Throughout the module, you will study different approaches to the craft, working both individually and collaboratively on assigned briefs. This will enable you to create a body of work that demonstrates a growing understanding of music genres through your songwriting skills.
In this module, you’ll explore key events, songs and artists that helped shape the history of popular music as we know it. You’ll gain an understanding of the social and cultural contexts that have guided its development, whilst you are supported in developing your research skills to explore case studies.
Songs and artists you investigate will be analysed, and material rehearsed and performed in your songwriting and performance sessions. This means you’re fully immersed in a whole host of material and styles to help you be an informed, well-rounded musician.
Progressing from Year 1, you will engage in playing more complex material, conducting deeper analysis of the component parts, and exploring the most effective ways of communicating them to your peers and ultimately, an audience! You will perform original material and rework classic songs, adapting them to the sound and style of specified genres.
Technical proficiency on your instrument will be further advanced and developed throughout this process. You will receive guidance in stagecraft and setlist design techniques, aiming to build performer confidence and learn how to professionally entertain and engage a live audience with a powerful performance.
You’ll develop your songwriting skills further by dissecting more complex songs from a wide array of genres to understand what makes them successful. You’ll participate in a series of workshops where you’ll practise various working methodologies to write material, both in solo and collaborative scenarios.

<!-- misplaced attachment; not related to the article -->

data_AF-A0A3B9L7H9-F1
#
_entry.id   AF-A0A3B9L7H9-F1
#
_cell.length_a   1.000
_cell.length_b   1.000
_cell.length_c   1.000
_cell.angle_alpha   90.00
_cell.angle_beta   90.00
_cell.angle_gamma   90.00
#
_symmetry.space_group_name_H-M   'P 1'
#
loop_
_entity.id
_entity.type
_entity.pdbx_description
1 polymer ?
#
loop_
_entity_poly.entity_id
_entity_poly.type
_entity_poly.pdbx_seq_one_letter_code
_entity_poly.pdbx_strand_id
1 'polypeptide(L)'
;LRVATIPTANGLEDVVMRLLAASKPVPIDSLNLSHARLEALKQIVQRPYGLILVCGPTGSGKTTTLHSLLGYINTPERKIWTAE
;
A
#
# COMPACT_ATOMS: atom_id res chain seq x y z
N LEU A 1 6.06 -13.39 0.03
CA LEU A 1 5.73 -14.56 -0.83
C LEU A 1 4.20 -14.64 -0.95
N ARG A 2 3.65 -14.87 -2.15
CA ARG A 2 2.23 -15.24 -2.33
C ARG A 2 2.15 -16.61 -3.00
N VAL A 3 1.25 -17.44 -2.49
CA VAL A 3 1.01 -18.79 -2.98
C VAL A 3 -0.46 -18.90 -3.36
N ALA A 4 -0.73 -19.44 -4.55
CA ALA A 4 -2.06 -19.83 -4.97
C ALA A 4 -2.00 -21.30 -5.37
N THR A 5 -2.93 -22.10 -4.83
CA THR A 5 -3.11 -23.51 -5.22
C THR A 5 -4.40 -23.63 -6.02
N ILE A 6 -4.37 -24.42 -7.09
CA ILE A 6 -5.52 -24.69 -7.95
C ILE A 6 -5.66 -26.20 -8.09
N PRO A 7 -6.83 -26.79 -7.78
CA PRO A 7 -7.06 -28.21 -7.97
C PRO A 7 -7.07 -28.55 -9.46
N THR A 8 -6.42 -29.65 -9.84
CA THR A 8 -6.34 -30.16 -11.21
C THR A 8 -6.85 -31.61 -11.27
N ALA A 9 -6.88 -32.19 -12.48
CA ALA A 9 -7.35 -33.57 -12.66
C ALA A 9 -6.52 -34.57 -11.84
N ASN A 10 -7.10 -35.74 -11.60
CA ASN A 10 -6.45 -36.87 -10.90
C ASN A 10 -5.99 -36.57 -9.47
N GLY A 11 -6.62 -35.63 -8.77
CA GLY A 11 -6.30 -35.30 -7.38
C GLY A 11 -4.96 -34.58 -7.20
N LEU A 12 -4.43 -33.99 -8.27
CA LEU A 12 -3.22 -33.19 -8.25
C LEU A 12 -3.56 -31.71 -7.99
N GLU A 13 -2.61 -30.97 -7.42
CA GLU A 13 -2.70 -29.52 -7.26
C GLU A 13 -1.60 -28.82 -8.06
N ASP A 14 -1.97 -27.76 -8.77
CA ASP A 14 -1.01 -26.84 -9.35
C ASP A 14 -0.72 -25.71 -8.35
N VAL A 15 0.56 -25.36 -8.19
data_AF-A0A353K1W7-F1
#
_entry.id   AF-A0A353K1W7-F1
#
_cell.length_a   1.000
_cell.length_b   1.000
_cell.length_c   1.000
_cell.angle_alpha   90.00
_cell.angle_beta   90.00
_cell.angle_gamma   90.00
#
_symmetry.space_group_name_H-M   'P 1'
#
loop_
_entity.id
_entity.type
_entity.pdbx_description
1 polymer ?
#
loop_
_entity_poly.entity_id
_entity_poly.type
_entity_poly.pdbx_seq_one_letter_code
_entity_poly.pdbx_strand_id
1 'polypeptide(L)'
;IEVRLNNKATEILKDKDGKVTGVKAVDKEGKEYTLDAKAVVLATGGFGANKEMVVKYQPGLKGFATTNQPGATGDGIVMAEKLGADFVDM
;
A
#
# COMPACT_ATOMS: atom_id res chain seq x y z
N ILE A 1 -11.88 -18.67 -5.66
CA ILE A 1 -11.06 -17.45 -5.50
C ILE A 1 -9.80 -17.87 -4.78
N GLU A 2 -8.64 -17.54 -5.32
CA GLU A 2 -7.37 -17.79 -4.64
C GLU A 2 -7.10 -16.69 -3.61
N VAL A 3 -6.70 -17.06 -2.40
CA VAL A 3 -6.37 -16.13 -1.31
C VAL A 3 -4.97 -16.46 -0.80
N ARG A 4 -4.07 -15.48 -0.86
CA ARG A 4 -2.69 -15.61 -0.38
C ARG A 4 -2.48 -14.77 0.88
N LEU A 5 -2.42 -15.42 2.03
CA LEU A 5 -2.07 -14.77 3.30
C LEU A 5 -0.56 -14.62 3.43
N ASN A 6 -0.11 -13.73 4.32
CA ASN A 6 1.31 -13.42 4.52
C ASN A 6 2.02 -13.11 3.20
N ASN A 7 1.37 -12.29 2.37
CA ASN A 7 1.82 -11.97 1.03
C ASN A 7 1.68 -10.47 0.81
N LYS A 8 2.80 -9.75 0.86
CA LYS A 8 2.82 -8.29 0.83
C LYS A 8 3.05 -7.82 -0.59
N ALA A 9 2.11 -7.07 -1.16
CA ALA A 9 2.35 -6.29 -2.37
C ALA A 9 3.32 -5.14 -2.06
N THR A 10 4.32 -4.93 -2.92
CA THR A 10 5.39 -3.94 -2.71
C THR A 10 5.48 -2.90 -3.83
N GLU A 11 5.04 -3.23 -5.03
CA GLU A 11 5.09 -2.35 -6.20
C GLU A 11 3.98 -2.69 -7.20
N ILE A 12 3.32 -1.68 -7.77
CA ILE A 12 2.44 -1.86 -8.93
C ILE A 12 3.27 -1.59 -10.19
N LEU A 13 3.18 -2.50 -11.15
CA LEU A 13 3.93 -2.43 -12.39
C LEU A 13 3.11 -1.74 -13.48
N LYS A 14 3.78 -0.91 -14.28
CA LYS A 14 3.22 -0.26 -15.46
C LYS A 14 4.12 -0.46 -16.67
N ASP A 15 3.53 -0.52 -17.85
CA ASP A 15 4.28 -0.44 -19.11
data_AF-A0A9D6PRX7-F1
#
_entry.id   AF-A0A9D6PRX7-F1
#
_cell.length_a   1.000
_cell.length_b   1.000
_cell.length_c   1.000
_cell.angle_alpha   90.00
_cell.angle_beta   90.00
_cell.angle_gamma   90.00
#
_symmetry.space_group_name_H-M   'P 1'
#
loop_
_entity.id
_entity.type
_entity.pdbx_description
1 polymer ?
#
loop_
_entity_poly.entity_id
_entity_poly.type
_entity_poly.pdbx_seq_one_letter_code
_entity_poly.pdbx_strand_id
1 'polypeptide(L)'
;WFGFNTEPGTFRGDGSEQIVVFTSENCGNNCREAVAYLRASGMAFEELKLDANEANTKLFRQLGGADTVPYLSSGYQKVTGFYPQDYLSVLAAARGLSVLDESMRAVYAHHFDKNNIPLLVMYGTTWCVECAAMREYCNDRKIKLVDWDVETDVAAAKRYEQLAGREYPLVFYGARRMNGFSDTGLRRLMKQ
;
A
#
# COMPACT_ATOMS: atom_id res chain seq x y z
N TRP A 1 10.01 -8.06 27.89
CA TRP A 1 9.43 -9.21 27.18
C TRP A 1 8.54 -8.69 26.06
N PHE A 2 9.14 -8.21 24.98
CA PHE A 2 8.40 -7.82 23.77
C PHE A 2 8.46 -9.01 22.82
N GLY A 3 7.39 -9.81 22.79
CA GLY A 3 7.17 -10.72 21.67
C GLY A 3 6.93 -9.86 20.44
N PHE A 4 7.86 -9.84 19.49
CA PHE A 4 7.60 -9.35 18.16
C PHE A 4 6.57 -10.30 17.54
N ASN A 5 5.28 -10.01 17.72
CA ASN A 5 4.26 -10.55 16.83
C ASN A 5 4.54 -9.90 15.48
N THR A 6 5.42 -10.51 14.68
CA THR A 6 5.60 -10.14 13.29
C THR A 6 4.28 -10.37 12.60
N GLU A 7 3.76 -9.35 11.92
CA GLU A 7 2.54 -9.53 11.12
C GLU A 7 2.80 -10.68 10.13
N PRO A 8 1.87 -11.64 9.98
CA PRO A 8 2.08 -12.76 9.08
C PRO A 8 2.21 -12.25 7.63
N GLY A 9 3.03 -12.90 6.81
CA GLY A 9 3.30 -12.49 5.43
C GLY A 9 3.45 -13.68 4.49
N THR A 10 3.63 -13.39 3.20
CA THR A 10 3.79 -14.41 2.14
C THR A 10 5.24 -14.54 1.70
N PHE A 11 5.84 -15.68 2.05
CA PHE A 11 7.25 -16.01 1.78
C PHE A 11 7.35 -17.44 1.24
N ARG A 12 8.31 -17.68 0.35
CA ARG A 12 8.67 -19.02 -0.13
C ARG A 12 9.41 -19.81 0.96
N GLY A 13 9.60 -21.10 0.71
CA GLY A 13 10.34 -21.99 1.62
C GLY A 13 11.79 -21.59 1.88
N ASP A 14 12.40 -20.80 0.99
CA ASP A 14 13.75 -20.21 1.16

You’ll explore top line, rhythmic, melodic, and lyrical methods, equipping you with the tools you need to hold your own in any songwriting session. Effective communication of ideas is essential for any collaborative process including working with other musicians who bring your ideas to life.
You’ll learn how to communicate arrangements and ideas effectively using rhythmic and harmonic notation, chord symbols, and lyric/chord guides, and apply them to real-world scenarios.
This module focuses on exploring the exciting world of composing for media. Building on your compositional and DAW skills from year one, you will utilise them in a variety of real-world scenarios to create music for media use. These may include jingles, genre-based library music, and music for film and other media.
You will examine and research these areas, gaining insight into how best to apply your current DAW knowledge with other tools and techniques and expand on that skill set by successfully completing example scenarios. Composing for media is a substantial part of today’s industry and an area in which you should be well prepared to engage.
This is where the reality of being a freelance practitioner really comes into focus. During this module, you will source and manage appropriate self-directed projects of at least 20 hours in an area that aligns to your career aspiration, working individually and collaboratively, applying the research, knowledge, and skills learnt throughout the course in common real-world scenarios.
You will also be given a further 80 hours of relevant industry briefs over the year to complete and reflect on. The aim is to develop your overall professionalism and provide you with the knowledge and resources to begin a career in the creative industries which are increasingly defined by freelance and self-employed models of work.